|Environmental impact assessments (EIAs) are an important element of the planning process by which environmental considerations are integrated into decision-making procedures for measures that may have adverse (environmental) effects.275 The overall aim of an EIA is to provide a basis by which to come to an informed decision through a thorough analysis of anticipated environmental impacts – revealing the main risks of the project and providing pathways for modifications of the plan to mitigate adverse (environmental) effects. The development of an EIA has been encouraged or required by various international instruments.276
While the UN Watercourses Convention does not directly require the planning state to carry out an EIA, it nevertheless suggests that if a state which might be affected by the planned measure asks the planning state to provide an EIA, the latter would have to comply with this request if the former bears the costs.277 Additionally, it could be maintained that the assessment and evaluation of possible environmental impacts of a new project on a transboundary watercourse is an inherent prerequisite for complying with the customary obligation not to cause significant transboundary harm278 (see Article 7).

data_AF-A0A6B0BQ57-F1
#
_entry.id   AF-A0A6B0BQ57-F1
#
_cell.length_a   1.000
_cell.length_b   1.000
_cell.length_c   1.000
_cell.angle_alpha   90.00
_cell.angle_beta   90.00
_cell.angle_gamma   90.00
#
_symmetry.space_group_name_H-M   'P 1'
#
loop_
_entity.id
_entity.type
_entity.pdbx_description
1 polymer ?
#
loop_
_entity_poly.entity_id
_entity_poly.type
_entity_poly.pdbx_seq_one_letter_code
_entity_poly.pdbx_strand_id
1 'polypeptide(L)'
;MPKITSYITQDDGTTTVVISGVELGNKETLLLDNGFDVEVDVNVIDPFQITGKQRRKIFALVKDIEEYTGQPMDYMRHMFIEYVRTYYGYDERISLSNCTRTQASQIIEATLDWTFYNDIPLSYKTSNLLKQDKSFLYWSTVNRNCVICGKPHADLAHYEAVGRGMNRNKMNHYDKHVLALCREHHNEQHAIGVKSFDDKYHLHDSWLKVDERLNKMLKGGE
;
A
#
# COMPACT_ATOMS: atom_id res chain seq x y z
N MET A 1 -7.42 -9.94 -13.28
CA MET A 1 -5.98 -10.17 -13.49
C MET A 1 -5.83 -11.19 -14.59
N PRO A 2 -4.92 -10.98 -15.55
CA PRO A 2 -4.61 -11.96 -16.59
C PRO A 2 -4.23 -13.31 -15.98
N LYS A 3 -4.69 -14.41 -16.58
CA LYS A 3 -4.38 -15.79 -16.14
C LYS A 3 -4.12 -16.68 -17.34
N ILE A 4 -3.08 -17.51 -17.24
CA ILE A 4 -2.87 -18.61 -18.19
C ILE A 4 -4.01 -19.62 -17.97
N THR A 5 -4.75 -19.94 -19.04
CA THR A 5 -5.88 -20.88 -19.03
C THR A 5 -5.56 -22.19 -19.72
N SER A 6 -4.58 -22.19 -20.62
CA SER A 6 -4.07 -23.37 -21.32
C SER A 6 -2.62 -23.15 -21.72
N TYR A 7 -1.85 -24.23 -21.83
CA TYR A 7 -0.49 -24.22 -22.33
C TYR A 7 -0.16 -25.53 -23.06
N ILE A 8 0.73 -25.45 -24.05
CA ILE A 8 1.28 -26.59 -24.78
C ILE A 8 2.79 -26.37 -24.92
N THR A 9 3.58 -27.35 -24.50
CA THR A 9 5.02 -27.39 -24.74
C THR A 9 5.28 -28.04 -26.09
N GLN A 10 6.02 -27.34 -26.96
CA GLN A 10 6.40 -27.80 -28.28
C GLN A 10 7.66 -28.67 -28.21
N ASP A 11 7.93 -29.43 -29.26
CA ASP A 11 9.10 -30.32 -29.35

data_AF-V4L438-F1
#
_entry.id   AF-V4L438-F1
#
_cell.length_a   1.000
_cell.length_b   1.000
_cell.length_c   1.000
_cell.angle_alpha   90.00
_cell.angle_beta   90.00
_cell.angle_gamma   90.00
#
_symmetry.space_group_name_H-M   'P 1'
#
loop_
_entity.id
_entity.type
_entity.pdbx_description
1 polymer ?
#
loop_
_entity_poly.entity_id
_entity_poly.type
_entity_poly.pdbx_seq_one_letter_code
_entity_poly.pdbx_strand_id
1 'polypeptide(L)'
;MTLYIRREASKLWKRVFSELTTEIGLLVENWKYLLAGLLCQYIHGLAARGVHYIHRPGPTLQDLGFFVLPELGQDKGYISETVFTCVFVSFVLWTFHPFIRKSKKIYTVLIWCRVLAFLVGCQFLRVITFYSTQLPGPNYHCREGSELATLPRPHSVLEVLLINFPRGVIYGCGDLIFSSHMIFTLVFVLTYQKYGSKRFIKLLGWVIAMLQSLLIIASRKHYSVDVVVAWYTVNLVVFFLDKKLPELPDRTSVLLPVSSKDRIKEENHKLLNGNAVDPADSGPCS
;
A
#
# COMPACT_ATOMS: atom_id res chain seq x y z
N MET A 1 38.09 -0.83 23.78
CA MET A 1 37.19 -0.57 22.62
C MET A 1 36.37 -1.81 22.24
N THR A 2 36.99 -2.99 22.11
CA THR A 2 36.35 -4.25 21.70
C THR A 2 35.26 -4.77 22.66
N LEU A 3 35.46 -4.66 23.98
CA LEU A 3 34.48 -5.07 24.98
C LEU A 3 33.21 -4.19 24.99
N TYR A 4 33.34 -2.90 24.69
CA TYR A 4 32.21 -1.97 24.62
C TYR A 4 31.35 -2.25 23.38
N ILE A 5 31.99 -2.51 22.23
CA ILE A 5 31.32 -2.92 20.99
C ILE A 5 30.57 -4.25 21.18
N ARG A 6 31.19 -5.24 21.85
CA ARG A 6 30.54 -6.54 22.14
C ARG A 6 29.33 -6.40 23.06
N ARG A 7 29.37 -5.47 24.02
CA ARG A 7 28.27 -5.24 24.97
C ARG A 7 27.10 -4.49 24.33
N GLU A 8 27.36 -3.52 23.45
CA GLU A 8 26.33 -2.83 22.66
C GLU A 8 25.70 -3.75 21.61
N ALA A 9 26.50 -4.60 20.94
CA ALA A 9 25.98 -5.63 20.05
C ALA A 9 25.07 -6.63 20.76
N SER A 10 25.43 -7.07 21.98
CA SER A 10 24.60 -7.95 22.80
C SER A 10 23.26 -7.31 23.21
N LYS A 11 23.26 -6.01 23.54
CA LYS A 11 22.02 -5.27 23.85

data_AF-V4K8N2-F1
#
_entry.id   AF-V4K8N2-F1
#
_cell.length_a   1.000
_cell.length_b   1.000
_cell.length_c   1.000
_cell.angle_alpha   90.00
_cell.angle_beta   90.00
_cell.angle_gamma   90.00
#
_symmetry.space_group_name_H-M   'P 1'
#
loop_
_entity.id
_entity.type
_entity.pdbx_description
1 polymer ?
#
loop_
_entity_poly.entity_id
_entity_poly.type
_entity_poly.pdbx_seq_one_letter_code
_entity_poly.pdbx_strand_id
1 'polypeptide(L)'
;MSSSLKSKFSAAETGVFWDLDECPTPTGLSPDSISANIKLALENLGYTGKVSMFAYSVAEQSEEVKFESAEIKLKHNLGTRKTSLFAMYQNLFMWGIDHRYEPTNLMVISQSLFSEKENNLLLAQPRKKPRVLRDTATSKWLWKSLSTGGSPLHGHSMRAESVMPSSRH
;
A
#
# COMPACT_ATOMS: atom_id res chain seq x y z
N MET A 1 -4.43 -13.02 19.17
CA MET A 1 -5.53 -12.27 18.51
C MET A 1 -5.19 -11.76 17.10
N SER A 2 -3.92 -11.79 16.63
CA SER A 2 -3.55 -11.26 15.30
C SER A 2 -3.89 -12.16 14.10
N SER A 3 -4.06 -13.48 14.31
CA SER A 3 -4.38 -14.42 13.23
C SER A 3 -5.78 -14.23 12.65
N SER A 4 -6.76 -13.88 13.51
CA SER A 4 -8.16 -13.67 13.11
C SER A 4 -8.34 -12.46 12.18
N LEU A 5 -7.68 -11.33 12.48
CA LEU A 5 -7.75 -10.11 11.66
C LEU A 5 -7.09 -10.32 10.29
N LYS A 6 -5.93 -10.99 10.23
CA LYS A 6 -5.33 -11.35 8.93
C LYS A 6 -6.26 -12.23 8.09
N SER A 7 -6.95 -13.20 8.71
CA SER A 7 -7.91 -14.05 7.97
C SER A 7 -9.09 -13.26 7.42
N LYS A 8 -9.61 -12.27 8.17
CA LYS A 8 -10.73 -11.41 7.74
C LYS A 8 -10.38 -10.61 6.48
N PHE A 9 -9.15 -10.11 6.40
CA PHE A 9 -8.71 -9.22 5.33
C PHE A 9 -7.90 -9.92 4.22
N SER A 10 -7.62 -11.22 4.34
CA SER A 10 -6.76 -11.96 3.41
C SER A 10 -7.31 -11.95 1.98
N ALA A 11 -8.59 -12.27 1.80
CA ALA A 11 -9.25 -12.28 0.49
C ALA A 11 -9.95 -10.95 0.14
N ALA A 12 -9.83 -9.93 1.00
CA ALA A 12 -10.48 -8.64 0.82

The International Court of Justice (ICJ) supported this view in its judgement of the Pulp Mills Case by linking the interstate notification of planned measures to the satisfaction of the due diligence obligation to prevent significant transboundary harm. It established that conducting an EIA ‘may now be considered a requirement under general international law’ with regard to activities which ‘may have a significant adverse impact in a transboundary context.279’ The importance here is the argument of the court that the duty to notify, linked with the duty to conduct an EIA, exists in customary international law. Hence, it applies to all states – irrespective of the existence of such obligations in the relevant transboundary water agreements.280 However, due to the fact that this obligation is rather open and imprecise, it leaves considerable room for debate as to which elements to include in an EIA.281 An example of an international agreement which provides further information can be seen in the 1991 UNECE Convention on Environmental Impact Assessment in a Transboundary Context.282
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